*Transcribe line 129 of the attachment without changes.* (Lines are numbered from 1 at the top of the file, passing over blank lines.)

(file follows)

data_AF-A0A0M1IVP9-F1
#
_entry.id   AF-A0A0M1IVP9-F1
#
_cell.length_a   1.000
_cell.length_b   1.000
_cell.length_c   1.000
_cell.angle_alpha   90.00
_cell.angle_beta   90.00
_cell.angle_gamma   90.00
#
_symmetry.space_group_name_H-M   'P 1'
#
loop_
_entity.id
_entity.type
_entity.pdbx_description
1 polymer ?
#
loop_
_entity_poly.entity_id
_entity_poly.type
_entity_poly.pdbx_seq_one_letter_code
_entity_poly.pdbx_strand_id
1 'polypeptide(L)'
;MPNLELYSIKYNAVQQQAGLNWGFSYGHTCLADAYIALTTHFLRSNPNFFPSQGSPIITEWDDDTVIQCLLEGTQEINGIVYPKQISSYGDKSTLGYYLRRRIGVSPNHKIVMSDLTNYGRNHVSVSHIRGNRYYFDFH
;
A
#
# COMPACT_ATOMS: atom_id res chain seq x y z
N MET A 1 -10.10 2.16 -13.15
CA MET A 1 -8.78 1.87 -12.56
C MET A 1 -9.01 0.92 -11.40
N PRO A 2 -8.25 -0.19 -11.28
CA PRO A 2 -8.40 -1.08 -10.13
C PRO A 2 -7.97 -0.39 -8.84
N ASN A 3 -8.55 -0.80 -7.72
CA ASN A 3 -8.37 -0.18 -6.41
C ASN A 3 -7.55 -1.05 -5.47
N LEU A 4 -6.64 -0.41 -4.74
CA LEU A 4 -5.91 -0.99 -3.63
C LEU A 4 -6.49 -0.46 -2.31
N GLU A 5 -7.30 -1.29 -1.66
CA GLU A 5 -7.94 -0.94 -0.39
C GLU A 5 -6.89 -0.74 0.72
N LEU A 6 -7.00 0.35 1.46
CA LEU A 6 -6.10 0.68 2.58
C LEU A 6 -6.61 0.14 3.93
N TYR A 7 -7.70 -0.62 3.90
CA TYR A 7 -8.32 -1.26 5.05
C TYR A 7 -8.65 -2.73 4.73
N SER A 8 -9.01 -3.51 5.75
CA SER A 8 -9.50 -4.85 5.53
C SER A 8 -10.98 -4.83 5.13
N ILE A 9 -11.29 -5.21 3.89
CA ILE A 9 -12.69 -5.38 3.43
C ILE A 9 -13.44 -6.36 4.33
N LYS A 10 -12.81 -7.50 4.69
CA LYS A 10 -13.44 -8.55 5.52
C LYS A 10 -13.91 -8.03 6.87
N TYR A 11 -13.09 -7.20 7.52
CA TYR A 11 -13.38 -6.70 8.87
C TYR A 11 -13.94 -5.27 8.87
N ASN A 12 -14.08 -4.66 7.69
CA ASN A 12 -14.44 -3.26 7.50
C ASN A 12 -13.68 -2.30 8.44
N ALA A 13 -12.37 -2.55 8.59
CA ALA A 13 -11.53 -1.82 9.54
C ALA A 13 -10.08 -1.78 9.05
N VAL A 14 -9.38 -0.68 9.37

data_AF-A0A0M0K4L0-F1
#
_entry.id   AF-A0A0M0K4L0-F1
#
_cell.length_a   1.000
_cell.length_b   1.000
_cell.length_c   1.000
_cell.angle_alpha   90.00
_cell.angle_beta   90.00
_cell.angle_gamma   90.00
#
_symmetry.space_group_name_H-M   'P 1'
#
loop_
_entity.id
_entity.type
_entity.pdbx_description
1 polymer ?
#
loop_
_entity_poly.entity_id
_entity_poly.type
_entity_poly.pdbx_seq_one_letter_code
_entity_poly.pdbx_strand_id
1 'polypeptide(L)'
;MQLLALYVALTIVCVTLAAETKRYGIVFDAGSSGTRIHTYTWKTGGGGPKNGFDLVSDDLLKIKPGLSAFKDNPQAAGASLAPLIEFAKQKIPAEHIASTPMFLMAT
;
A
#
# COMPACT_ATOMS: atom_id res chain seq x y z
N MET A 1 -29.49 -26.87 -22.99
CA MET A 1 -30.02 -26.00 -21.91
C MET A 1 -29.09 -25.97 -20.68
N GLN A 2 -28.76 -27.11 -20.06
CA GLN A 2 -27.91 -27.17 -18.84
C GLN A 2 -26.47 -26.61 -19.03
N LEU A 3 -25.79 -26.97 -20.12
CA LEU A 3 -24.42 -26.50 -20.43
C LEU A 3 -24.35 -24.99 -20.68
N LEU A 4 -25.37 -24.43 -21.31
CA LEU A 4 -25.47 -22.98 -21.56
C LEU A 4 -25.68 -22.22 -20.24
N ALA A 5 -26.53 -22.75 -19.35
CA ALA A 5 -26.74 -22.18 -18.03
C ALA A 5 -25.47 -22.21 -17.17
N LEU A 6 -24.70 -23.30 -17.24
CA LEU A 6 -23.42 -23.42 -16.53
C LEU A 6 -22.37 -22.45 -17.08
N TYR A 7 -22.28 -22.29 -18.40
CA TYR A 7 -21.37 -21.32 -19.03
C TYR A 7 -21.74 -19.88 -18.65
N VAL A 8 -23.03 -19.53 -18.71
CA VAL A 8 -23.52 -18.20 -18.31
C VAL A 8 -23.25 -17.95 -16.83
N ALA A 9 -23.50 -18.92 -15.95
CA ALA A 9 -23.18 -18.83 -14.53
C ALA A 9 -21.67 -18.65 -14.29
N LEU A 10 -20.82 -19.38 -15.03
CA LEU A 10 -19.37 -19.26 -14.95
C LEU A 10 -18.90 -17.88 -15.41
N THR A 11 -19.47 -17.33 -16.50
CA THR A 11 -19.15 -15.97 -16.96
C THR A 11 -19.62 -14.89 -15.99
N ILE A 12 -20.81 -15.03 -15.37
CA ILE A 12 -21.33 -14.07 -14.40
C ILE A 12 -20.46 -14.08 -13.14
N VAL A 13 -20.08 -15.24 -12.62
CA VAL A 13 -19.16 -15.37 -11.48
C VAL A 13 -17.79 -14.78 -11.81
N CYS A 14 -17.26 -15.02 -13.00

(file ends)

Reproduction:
CA LEU A 10 -19.37 -19.26 -14.95